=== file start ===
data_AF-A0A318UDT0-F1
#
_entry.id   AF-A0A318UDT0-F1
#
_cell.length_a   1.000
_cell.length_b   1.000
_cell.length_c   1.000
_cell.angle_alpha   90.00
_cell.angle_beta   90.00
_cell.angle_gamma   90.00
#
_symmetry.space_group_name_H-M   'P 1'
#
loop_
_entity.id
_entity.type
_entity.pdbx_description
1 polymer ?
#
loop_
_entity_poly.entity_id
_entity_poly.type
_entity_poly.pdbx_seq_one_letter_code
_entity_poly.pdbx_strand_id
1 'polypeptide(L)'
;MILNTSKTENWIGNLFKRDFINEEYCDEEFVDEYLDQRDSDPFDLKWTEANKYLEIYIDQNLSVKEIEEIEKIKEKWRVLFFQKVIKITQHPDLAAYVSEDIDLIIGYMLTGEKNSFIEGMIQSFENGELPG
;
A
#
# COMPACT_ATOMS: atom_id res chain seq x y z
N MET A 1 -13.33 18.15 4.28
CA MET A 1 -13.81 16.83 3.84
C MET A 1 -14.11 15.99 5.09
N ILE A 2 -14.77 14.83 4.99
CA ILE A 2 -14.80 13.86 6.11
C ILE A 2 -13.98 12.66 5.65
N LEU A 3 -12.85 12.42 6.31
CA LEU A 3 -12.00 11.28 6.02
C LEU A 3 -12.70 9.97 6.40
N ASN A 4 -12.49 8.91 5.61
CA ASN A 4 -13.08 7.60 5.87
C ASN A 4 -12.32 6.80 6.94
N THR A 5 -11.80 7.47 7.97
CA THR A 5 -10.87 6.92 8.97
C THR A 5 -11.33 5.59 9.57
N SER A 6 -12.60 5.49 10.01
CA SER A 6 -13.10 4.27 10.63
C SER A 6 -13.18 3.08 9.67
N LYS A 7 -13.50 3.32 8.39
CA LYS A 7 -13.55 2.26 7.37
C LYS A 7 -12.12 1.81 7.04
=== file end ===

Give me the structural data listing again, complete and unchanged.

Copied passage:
data_AF-A0A318UDT0-F1
#
_entry.id   AF-A0A318UDT0-F1
#
_cell.length_a   1.000
_cell.length_b   1.000
_cell.length_c   1.000
_cell.angle_alpha   90.00
_cell.angle_beta   90.00
_cell.angle_gamma   90.00
#
_symmetry.space_group_name_H-M   'P 1'
#
loop_
_entity.id
_entity.type
_entity.pdbx_description
1 polymer ?
#
loop_
_entity_poly.entity_id
_entity_poly.type
_entity_poly.pdbx_seq_one_letter_code
_entity_poly.pdbx_strand_id
1 'polypeptide(L)'
;MILNTSKTENWIGNLFKRDFINEEYCDEEFVDEYLDQRDSDPFDLKWTEANKYLEIYIDQNLSVKEIEEIEKIKEKWRVLFFQKVIKITQHPDLAAYVSEDIDLIIGYMLTGEKNSFIEGMIQSFENGELPG
;
A
#
# COMPACT_ATOMS: atom_id res chain seq x y z
N MET A 1 -13.33 18.15 4.28
CA MET A 1 -13.81 16.83 3.84
C MET A 1 -14.11 15.99 5.09
N ILE A 2 -14.77 14.83 4.99
CA ILE A 2 -14.80 13.86 6.11
C ILE A 2 -13.98 12.66 5.65
N LEU A 3 -12.85 12.42 6.31
CA LEU A 3 -12.00 11.28 6.02
C LEU A 3 -12.70 9.97 6.40
N ASN A 4 -12.49 8.91 5.61
CA ASN A 4 -13.08 7.60 5.87
C ASN A 4 -12.32 6.80 6.94
N THR A 5 -11.80 7.47 7.97
CA THR A 5 -10.87 6.92 8.97
C THR A 5 -11.33 5.59 9.57
N SER A 6 -12.60 5.49 10.01
CA SER A 6 -13.10 4.27 10.63
C SER A 6 -13.18 3.08 9.67
N LYS A 7 -13.50 3.32 8.39
CA LYS A 7 -13.55 2.26 7.37
C LYS A 7 -12.12 1.81 7.04